Overall, it's not a particularly exciting or innovative camera when observed in retrospect, but it sold well and was a quality choice in terms of build and reliability. It's a shame that the marque disappeared; the name was eventually acquired by the UK Dixon's retail chain, but we won't go there... Here are a few pics; the camera performed well in our brutal low winter sunlight.
Film was Fuji Superia 400, scans from an Epson Perfection V700.
Did the Auto Sensorex EE have the threaded mount (inside the bayonet) like the earlier Sensorex (which I see in the background in your top photo - that was my first SLR). I mostly used that with a threaded mount extension tube and adapter for the 50/1.8 lens.
Those are excellent samples you've found. I still have a soft spot in my heart head for that fickle wench, Miranda.
Yes, Lex, the threaded mount is still present. Mirandas do sort of grow on one. Glad you liked the post, Les; there's just a passing reference in the manual to using the screen as is, with instructions to "shield the screen from excess light, especially in EE mode". I don't think I'd want to try it, though.
Another minty marvel! I have never shot a Miranda before so I appreciate reading and seeing your post. Nice looking pics with good snap. Thanks, Rick!
Really nice writeup. And the pictures are at your high standard.
Of course, the camera came with "luck built in", so you can't take full credit
With reviews like this who needs old magazines? Well done, Rick!
Nice looking camera. It looks like it just off the camera store shelf. As usual you have provided
us with some great examples of what the camera and lens are capable of when in skilled
Looks like fall is setting in down there.
Lovely pictures as always Rick. Did Miranda also make cameras with M42 mounts? Because, I have seen a few on sale in Ebay UK/Europe branded Soligor with M42 mounts. They looked exactly like the Mirandas of the mechanical age. Thanks for the post. sp.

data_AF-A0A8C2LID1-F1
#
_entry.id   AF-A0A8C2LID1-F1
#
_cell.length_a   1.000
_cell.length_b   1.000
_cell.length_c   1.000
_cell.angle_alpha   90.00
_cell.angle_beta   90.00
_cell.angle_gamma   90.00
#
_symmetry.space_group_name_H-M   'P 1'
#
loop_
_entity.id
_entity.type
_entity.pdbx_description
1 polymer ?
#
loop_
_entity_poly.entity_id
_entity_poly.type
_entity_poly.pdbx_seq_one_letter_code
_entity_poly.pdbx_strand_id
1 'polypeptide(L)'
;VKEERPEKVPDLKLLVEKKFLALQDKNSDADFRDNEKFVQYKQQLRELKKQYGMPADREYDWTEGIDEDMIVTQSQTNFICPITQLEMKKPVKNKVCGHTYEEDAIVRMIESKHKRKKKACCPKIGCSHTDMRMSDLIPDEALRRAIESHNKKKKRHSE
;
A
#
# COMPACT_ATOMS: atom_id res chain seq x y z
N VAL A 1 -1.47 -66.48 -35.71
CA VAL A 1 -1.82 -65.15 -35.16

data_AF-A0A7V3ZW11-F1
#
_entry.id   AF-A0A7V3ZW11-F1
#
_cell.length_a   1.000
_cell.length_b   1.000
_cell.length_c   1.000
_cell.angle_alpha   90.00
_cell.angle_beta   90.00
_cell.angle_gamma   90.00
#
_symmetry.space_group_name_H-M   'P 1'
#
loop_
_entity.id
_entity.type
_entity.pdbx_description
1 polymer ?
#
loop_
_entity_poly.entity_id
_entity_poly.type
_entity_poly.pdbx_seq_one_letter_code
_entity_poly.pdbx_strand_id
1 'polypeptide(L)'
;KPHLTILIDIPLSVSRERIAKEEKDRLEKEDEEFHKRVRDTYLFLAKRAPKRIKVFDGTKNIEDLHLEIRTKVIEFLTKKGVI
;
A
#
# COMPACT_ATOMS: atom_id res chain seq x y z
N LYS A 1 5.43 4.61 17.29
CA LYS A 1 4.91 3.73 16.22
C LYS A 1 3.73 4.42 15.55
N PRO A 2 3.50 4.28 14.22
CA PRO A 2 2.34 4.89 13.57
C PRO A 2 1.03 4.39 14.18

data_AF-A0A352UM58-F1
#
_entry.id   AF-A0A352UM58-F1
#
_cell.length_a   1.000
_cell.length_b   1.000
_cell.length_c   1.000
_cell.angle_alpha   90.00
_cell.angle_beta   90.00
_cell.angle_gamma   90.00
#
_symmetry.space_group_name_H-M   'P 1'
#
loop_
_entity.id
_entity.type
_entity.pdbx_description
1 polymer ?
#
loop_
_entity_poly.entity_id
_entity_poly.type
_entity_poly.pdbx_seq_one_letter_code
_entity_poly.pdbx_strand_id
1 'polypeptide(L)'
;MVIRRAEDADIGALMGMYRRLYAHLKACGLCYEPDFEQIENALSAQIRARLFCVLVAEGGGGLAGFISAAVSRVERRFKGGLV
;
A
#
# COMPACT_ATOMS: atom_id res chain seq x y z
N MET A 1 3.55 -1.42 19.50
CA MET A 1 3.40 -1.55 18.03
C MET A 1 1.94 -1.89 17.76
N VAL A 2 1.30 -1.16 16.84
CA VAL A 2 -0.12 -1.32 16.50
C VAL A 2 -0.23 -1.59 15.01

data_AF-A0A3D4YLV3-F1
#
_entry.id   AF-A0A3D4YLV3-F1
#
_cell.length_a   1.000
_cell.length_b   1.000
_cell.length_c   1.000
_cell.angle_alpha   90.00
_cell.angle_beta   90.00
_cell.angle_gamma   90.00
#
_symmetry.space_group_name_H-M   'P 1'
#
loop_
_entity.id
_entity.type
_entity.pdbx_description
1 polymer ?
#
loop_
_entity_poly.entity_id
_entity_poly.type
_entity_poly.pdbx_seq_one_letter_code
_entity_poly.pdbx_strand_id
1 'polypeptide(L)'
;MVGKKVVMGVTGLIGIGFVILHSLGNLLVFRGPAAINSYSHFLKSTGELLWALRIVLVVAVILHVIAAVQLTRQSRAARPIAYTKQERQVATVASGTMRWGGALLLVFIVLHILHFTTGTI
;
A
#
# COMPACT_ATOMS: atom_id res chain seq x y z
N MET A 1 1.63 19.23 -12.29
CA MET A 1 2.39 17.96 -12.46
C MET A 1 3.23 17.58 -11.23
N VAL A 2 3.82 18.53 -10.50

Thanks, SP, there was indeed an M42 Miranda, the Miranda TM, based on the Sensormat models and produced for a period of about 5 years from 1969. It often appears as the "Soligor TM". That's a great ad, JDM; one I hadn't come across before. Thanks Louis and Brian, your comments are appreciated. Good point about Pentax's spot metering, Les... You're right, Rod, we're heading into winter, down here. Brrrr...
Hi, Rick A very nice, detailed account of one of the last of the Miranda line, and some great photos as always. Your late autumn sunlight is very similar to what we're experiencing here in Perth.
Although Mirandas - ie, the kosher ones, not the Dixon's Ltd ring-ins - disappeared around 1977, there's still quite a lot of good information around on the Net for anybody wanting to read up further. For example, there's the Miranda Historical Society at www.mirandacamera.com . There's also a Yahoo 'Miranda Collectors Group' at http://groups.yahoo.com/group/mirandacollectors/, which has a lot of scans of interesting stuff like adverts (including some of the 'naughty' ones from the 60s), instruction booklets and roadtests. (Pete In Perth)
I worked in a camera store c 1970's. The pictures of your camera, brings back memories. I used to play with the Miranda that slid off it's penta-prism. As always: nice images Rick.
Nice series, Rick. I don't own any Miranda gear, but the Auto Sensorex EE would be my first choice. Yours looks mint, almost like it fell into a time warp in 1971 emmerged in present time. Back in the 50's when Miranda cameras started appearing they had a budget model to supplement their line (like Exakta did).
Great results and thanks for posting.
Excellent series Rick. I am not too familiar with this gear. Looks like it is just out of the box. Very nice photos too. Thanks for posting.